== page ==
* The middle class needs lawyers, and unemployed law school graduates need jobs. The solution for both problems seems pretty obvious, but starting a firm still costs money, no matter how “prudent” you are. [National Law Journal]
* “This is a time when law schools are trying to look carefully at their expenses and not add to them.” New York’s new pro bono initiative may come at a cost for law schools, too. [Thomson Reuters News & Insight]
* Much to Great Britain’s dismay, Ecuador has announced that it will grant political asylum to Julian Assange of WikiLeaks fame. Sucks for Ecuador, because Assange is known to not flush the toilet. [New York Times]
* A smooth criminal gets a break: Michael Jackson’s father dropped a wrongful death suit against Dr. Conrad Murray. It probably would’ve been helpful if his attorneys could actually practice in California. [Washington Post]
* Did Lindsay Lohan’s lawyers plagiarize documents from internet websites in their defamation filings against Pitbull? You can deny it all you want, but his lawyer is out for blood and sanctions. [New York Daily News]
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Ed. note: The Asia Chronicles column is authored by Kinney Recruiting. Kinney has made more placements of U.S. associates, counsels and partners in Asia than any other recruiting firm in each of the past six years. You can reach them by email: email@example.com.
Deal flow has clearly picked recently up for most US associates, counsels and partners in Hong Kong/China and Singapore. We are on the phone with a lot of these folks on a daily basis, many of whom we have known for years. Further, the head of our Asia team, Evan Jowers, and Kinney’s founder and president, Robert Kinney, frequently meet in person with leading US partners in Asia to assess their needs and keep on top of the inside scoop at as many firms as possible. The need for legal recruiting help in Asia from experienced recruiters appears to be live and well. In March, Evan and Robert were in Beijing at such meetings, in April, Evan was in Hong Kong, and for half of June Evan will be in Shanghai and Hong Kong. Thus its pretty easy for us to tell when there has been an across-the-market pick up in capital markets and corporate work.
On an average day in Asia when Evan and Robert visit firms, they typically have 5 to 9 meetings a day, mostly with US partners in the market. The reason they have these meetings is not simply because Kinney makes a lot of US attorney placements in Asia and that a particular firm may have openings; instead these are just visits with friends. After years of working together as business partners, the folks at Kinney are actually these peoples’ friends. The firms Kinney work closely with in Asia (which is just about every law firm – call us if you want to know the one firm in the world we will never place anyone with again, ever, and why) look forward to the visits, or at least act like they do. After seven years in the market, many of the client partners are former associate candidates. Also, these US partners see Kinney as a very good source of market information as well, because they know how deep their contacts are in the market and how frequently they are speaking to counterparts at peer firms.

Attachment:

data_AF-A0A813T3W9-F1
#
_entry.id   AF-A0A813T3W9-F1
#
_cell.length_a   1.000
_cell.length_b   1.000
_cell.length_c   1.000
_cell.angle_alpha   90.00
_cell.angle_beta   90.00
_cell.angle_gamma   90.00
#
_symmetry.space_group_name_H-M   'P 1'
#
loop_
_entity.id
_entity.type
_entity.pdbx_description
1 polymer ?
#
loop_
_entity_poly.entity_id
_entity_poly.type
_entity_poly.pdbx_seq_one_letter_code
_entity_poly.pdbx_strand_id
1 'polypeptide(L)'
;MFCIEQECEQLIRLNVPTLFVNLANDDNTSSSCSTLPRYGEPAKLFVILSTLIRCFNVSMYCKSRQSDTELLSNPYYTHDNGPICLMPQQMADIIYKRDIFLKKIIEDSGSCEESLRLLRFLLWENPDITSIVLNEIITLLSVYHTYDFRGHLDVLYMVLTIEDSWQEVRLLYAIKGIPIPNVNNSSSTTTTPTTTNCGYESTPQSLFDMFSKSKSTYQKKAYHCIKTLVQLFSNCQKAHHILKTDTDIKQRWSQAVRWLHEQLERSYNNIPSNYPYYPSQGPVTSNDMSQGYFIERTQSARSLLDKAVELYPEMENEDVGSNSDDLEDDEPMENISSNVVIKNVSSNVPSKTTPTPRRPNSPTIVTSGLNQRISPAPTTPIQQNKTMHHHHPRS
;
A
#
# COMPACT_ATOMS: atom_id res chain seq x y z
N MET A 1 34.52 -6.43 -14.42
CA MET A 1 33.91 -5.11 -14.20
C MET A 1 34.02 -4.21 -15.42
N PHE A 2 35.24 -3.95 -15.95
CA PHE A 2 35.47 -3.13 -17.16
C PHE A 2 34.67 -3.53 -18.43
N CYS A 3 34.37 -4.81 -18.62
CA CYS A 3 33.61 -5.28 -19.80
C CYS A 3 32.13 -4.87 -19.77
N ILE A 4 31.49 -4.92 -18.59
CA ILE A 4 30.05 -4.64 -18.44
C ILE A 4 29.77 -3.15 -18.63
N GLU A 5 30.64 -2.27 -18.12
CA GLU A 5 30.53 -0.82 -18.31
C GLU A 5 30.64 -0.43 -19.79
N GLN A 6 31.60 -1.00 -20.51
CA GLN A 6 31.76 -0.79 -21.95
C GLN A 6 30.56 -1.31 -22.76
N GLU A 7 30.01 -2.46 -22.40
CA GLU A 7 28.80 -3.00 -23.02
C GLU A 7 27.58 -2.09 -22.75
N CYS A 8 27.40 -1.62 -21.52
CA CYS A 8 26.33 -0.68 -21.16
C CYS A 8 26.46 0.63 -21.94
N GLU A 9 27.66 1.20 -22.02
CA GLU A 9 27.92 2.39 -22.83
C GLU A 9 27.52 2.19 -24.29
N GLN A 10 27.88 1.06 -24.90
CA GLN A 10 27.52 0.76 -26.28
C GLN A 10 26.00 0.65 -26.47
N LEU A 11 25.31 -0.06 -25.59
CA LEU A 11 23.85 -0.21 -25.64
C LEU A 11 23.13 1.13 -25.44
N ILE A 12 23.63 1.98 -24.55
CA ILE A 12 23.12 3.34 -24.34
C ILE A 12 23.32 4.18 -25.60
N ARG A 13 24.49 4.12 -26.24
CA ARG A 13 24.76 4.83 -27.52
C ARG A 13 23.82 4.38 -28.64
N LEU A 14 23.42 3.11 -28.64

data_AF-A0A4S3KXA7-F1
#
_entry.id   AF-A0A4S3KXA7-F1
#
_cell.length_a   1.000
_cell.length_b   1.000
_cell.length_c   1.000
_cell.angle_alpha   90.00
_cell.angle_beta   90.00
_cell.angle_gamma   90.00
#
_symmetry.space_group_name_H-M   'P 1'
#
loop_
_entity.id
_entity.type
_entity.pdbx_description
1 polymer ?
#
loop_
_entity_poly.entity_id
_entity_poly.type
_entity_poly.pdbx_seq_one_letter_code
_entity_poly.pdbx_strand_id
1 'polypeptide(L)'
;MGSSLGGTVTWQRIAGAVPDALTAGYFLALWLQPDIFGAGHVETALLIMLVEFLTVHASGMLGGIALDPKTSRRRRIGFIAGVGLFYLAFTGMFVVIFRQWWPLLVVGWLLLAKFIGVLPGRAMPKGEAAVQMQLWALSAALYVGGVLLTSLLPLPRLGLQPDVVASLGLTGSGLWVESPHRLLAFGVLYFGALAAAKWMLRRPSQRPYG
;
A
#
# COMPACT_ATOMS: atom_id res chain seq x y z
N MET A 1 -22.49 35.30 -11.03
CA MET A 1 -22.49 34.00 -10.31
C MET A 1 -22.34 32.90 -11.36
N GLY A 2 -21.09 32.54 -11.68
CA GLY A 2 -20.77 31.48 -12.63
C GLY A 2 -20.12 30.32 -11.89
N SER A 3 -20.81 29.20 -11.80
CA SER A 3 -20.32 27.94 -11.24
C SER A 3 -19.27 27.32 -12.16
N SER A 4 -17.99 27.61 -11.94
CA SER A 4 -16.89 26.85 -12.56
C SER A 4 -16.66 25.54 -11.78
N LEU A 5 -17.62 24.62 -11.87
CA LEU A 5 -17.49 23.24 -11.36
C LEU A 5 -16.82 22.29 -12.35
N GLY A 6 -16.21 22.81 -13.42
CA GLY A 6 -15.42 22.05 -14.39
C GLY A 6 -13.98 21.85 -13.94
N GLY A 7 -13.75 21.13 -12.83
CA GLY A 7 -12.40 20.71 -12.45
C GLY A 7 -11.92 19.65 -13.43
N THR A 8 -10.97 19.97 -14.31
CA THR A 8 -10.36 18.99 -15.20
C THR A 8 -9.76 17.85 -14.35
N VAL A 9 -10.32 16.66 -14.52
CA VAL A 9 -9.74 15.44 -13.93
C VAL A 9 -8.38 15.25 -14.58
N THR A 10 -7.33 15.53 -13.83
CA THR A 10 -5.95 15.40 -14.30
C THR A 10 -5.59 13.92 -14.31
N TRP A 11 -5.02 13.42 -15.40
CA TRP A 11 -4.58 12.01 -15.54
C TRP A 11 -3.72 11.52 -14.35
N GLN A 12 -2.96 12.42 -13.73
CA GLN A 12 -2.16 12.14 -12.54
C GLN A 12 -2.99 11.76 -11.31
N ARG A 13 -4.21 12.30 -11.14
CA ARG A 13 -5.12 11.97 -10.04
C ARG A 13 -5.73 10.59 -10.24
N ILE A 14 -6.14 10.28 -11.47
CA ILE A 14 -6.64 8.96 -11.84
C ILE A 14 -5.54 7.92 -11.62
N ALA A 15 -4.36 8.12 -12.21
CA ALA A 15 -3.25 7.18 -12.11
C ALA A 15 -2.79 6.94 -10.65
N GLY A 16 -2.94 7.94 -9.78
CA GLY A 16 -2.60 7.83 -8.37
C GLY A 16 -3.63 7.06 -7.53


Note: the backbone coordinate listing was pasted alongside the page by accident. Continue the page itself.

In a land that is right here and in a time that is right now, a technology has arisen so powerful that it can replace basic human document review. Is it time to bow down before our new robot overlords?
First, here’s a little story about me: my life in the legal world began as a paralegal. My first case was a GIANT patent infringement case that was already six years old and had involved as many as five companies, multiple US courts, the ITC and an international standards committee. I knew nothing about any of this.
On my first day, my supervisor (a paralegal with at least eight other cases driving her crazy) sat me down in front of a Concordance database with a 100,000+ patents and patent file histories. “Code these,” she said. I learned that “coding”, for the purposes of this exercise, meant manually typing the inventor’s name, the title of the patent, the assignee, the file date, and other objective data for each document. I worked on that project – and only that project – for at least the first six months of my job. After a week or so, time began to blur.
What I know, in retrospect and with absolutely certainty, is that as time began to blur, so did my judgment. So did my attention to detail. If you could tell me that I did not make at least one mistake a day – one inconsistent spelling, one reversed day and month, one incorrectly spaced title – I frankly would need to see your evidence. I would not believe it. The human mind is trainable but it is not a machine.